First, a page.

(Captain's log): Geoff writes:
Having reflected on your possible outcomes wrt North Korea, it strikes me that what the US really needs is an effective massive non-nuclear attack capability which does not involve large numbers of personnel, such as THOR, sometimes known as 'smart rocks' or 'brilliant pebbles'.
All the power of a nuclear weapon without the fallout; described (by Jerry Pournelle) as a 'tungsten telephone pole' failing from orbit at 12,000 mph. No warhead or explosive necessary, the message is the medium or vice versa.Unfortunately, Thor, Thoth and High Sierra never saw the light of day.
There are a lot of ideas which look really nifty from a distance but turn out to suck the closer you look at them. There may well be a place for that kind of weapon, but not as a means of delivering massive devastation.
That kind of weapon can conceivably be really good at destroying specific targets, especially if the targeting can be made sufficiently precise (up to the standards of the other "precision guided munitions" we have), but it isn't a "massive attack capability". The energy causing the destruction is entirely kinetic energy converted from energy of position, and that means that energy has to be expended to lift all that mass into space.
In the book "The Moon is a Harsh Mistress", Heinlein talks about the process that the computer "Mike" uses to conclude that Luna Free State could use kinetic weapons to attack the Earth during its revolutionary war. In there, Heinlein buries a lot of key wisdom, and one observation is that all weapons are engines for manipulating and applying energy. That's even somewhat true for swords and bows, but is particularly true for pretty much any weapon developed for modern warfare in the last five hundred years. The primary purpose of any weapon is to apply energy to a target so as to cause some sort of damage or destruction, and if it does so extremely inefficiently it's probably not a very good weapon.
It's plausible that kinetic weapons could be used for certain kinds of attacks, but not for any kind of massive attack. The capability does not exist to lift that much stuff into space even at sub-orbital speeds. In Heinlein's book, the technology already existed to deliver bulk mass from Luna to Earth because it was being used to ship grain; Mike concluded that the same catapult could be used to deliver multi-ton payloads as a military weapon and would produce explosions at the level of a small nuke from the velocity of impact. Heinlein was careful in his construction of the scenario, and his physics was correct. But we Americans don't have a catapult on the Moon designed to deliver multi-ton payloads to Earth, and right now we don't even now how to build such a thing.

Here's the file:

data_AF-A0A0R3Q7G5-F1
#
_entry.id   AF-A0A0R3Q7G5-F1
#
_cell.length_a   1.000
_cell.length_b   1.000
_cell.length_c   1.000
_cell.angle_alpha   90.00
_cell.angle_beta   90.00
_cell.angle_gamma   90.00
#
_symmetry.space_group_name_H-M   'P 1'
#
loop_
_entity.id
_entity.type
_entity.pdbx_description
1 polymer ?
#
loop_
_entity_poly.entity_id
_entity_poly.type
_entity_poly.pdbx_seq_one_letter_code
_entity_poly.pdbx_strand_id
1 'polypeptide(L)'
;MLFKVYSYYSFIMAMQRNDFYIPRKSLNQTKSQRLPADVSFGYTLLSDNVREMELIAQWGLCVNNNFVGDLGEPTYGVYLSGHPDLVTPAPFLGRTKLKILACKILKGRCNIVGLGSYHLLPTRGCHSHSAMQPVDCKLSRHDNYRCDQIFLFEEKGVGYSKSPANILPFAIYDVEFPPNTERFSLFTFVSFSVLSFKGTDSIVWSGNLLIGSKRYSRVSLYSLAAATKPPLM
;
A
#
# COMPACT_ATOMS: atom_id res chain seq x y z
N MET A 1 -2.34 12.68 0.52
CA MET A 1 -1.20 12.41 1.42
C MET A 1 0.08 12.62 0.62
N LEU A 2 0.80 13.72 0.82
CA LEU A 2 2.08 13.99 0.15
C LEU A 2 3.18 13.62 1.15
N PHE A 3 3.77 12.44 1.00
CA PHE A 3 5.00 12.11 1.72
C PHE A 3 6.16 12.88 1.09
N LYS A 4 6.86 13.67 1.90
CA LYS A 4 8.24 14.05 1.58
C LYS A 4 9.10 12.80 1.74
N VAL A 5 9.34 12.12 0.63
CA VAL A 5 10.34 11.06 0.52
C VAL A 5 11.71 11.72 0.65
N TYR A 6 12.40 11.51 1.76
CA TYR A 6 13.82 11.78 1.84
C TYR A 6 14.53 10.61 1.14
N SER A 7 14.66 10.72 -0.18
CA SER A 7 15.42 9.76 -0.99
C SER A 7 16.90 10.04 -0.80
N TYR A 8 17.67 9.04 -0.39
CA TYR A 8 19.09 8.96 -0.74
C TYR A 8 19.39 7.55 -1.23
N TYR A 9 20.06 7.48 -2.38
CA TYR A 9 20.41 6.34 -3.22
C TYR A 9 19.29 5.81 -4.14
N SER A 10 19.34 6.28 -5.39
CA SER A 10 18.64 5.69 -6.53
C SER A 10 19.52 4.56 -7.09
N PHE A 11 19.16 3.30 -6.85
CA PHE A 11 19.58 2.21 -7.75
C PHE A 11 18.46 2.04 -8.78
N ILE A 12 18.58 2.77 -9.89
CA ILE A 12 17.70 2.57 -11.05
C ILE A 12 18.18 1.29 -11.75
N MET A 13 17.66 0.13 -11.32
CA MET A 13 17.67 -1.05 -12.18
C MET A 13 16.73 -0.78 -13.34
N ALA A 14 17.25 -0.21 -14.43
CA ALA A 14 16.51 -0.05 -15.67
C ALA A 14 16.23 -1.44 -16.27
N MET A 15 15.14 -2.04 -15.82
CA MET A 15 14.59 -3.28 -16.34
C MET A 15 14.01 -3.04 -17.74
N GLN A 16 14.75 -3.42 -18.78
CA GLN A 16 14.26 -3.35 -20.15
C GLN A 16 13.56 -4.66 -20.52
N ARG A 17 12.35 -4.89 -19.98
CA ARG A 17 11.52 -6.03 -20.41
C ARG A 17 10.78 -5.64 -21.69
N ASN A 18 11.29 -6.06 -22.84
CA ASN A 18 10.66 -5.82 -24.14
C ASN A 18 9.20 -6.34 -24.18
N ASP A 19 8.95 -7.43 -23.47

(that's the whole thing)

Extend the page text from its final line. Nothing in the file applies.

These things have to be evaluated on several different scales of efficiency. One is money: how much bang (or boom) for the buck, as it were. Another is time; how fast can it be done? Yet another form of efficiency would be energy: how much energy of various kinds, including fuel, do you have to use in order to accomplish the requisite destruction?
Cannons firing explosive rounds are pretty efficient. The cannon itself converts a good proportion of the power of the propellant charge into kinetic energy in the round. If the round being fired carries its own energy source (e.g. TNT) then the system is pretty energy efficient, with a pretty good percentage of the total energy expended causing useful destruction. (As it were.)
That became even better when ways were found to make the explosive rounds themselves more efficient (such as through the use of shaped charges). When we switched from the use of explosive rounds to kinetic penetrators for anti-tank rounds, it didn't actually degrade all that much. The energy all came from the propellant, but the large smooth-bore guns were still very good at utilizing it. (Relatively speaking.)
Cannons are also relatively cheap and the rounds are easy to produce in quantity, at a pretty low cost. So they're relatively efficient in money, in time, and in energy conversion.
As weapons of mass destruction, orbital or sub-orbital kinetic weapons fail all three tests. Per unit destruction they create, they would cost far too much, take far too long to develop and deploy, and waste far too much energy.
The current technology of space flight (rocket engines) is inherently wasteful. It takes a huge extremely expensive rocket loaded with immense amounts of fuel to boost a relatively small payload into orbit. Rocket engines are inefficient anyway, and most of the fuel in a rocket is consumed to lift the rocket or the fuel itself. If you calculate the energy efficiency as the energy in joules which a payload in orbit gained during launch and orbital insertion divided by the amount of energy inherent in the fuel (even ignoring the further energy which was expended to manufacture the rocket), you find that it's an appallingly low ratio when compared to such things as railroads or cargo ships. We rockets because right now we don't have any other technology which is better. But even a crummy solution is better than no solution at all, and just because you can't do something big doesn't mean it isn't worth doing.
The first person to figure out how to melt steel, and to produce steel which was reasonably consistent, could only produce batches of maybe fifty